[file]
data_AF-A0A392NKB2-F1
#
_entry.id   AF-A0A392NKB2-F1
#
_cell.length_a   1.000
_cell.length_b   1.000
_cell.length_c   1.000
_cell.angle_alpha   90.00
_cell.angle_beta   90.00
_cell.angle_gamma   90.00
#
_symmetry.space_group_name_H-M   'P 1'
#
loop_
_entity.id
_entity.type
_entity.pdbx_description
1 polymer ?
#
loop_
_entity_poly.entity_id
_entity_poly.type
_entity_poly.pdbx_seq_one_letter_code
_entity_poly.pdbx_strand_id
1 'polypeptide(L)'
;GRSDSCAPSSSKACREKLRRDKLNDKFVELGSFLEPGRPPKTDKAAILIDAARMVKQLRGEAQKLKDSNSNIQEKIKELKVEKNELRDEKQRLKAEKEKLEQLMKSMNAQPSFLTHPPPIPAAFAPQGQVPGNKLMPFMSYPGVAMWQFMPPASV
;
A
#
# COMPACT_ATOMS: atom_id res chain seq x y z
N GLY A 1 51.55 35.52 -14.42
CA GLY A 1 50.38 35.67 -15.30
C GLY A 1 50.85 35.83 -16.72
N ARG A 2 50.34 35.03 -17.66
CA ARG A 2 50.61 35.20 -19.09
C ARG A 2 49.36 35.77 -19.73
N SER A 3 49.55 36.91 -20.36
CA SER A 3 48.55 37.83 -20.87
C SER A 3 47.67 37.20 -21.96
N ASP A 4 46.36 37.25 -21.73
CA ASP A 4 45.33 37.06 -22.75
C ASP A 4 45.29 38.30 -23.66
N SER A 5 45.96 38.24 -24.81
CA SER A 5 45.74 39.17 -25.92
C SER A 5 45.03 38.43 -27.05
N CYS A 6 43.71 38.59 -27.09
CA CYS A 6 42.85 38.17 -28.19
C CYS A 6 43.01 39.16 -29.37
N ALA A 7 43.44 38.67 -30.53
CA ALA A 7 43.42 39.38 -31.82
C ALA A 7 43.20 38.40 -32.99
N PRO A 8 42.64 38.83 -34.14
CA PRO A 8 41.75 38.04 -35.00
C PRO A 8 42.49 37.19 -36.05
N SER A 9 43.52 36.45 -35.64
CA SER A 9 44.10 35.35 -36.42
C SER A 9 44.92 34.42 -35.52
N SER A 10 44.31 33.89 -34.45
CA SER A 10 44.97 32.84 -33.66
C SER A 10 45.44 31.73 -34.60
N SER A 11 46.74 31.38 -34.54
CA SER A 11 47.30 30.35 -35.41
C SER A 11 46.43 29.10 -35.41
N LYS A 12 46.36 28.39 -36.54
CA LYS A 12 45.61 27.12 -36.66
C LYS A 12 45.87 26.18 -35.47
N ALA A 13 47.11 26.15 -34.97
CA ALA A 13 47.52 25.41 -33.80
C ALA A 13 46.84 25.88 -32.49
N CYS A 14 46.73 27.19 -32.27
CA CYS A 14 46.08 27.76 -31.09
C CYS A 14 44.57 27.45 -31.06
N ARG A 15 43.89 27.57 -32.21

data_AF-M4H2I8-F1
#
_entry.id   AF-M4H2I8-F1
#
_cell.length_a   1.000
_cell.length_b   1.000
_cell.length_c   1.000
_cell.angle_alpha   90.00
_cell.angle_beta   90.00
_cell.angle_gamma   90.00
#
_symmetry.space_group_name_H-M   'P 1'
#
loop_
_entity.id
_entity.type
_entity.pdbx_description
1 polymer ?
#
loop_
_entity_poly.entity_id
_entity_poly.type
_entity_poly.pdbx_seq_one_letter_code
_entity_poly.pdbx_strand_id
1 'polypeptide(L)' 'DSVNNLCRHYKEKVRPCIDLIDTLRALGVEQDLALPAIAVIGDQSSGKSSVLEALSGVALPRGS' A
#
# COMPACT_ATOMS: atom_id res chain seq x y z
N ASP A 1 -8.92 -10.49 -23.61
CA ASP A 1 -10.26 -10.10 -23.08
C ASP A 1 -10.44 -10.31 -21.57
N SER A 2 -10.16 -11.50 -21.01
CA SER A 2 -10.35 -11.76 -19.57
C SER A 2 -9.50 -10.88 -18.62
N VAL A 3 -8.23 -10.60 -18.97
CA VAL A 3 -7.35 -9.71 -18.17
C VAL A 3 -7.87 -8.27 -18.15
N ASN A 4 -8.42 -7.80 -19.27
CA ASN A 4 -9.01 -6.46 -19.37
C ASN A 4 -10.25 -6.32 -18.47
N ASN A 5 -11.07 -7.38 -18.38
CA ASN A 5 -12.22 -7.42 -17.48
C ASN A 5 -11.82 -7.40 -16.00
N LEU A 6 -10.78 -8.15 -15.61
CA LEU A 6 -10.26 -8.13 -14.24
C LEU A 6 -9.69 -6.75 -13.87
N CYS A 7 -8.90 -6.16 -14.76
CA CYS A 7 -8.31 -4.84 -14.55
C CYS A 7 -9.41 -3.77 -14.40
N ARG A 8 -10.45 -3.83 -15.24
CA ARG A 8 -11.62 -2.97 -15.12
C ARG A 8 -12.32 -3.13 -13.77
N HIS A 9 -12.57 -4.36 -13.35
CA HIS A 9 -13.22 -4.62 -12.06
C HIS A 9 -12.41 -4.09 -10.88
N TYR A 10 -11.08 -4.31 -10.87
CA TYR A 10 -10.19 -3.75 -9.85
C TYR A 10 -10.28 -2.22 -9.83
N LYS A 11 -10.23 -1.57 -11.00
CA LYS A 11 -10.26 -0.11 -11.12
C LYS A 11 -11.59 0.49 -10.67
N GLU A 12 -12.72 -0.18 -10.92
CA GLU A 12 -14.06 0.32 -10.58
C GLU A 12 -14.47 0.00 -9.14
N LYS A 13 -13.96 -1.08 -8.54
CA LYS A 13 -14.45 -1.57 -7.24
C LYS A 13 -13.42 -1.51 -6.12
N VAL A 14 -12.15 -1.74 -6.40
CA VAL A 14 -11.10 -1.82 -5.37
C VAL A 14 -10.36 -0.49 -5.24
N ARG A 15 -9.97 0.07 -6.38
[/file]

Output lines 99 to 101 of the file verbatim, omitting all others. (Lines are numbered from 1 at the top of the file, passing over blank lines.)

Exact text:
#
# COMPACT_ATOMS: atom_id res chain seq x y z
N ASP A 1 -8.92 -10.49 -23.61